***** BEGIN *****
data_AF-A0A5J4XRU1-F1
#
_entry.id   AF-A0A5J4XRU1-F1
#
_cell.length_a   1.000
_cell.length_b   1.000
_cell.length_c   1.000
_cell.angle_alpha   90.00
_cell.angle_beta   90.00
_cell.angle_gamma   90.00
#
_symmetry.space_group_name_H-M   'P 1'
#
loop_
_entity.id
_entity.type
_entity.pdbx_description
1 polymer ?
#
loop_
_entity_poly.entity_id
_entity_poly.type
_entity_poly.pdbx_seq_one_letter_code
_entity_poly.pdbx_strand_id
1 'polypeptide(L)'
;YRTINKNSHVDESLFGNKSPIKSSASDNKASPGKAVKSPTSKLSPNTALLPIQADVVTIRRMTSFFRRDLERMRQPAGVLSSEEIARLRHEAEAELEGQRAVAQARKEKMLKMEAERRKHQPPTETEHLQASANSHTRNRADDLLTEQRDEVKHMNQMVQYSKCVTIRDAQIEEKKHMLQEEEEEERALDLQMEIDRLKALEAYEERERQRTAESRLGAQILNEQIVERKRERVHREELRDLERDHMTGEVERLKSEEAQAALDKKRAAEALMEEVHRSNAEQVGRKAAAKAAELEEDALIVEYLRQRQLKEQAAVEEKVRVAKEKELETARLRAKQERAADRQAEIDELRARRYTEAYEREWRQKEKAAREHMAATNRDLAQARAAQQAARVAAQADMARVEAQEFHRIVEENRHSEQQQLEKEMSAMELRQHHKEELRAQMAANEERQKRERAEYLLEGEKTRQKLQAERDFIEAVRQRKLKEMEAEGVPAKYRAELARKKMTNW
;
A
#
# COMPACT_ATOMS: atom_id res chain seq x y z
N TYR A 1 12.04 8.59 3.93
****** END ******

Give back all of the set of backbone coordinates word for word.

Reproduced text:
data_AF-A0A5J4XRU1-F1
#
_entry.id   AF-A0A5J4XRU1-F1
#
_cell.length_a   1.000
_cell.length_b   1.000
_cell.length_c   1.000
_cell.angle_alpha   90.00
_cell.angle_beta   90.00
_cell.angle_gamma   90.00
#
_symmetry.space_group_name_H-M   'P 1'
#
loop_
_entity.id
_entity.type
_entity.pdbx_description
1 polymer ?
#
loop_
_entity_poly.entity_id
_entity_poly.type
_entity_poly.pdbx_seq_one_letter_code
_entity_poly.pdbx_strand_id
1 'polypeptide(L)'
;YRTINKNSHVDESLFGNKSPIKSSASDNKASPGKAVKSPTSKLSPNTALLPIQADVVTIRRMTSFFRRDLERMRQPAGVLSSEEIARLRHEAEAELEGQRAVAQARKEKMLKMEAERRKHQPPTETEHLQASANSHTRNRADDLLTEQRDEVKHMNQMVQYSKCVTIRDAQIEEKKHMLQEEEEEERALDLQMEIDRLKALEAYEERERQRTAESRLGAQILNEQIVERKRERVHREELRDLERDHMTGEVERLKSEEAQAALDKKRAAEALMEEVHRSNAEQVGRKAAAKAAELEEDALIVEYLRQRQLKEQAAVEEKVRVAKEKELETARLRAKQERAADRQAEIDELRARRYTEAYEREWRQKEKAAREHMAATNRDLAQARAAQQAARVAAQADMARVEAQEFHRIVEENRHSEQQQLEKEMSAMELRQHHKEELRAQMAANEERQKRERAEYLLEGEKTRQKLQAERDFIEAVRQRKLKEMEAEGVPAKYRAELARKKMTNW
;
A
#
# COMPACT_ATOMS: atom_id res chain seq x y z
N TYR A 1 12.04 8.59 3.93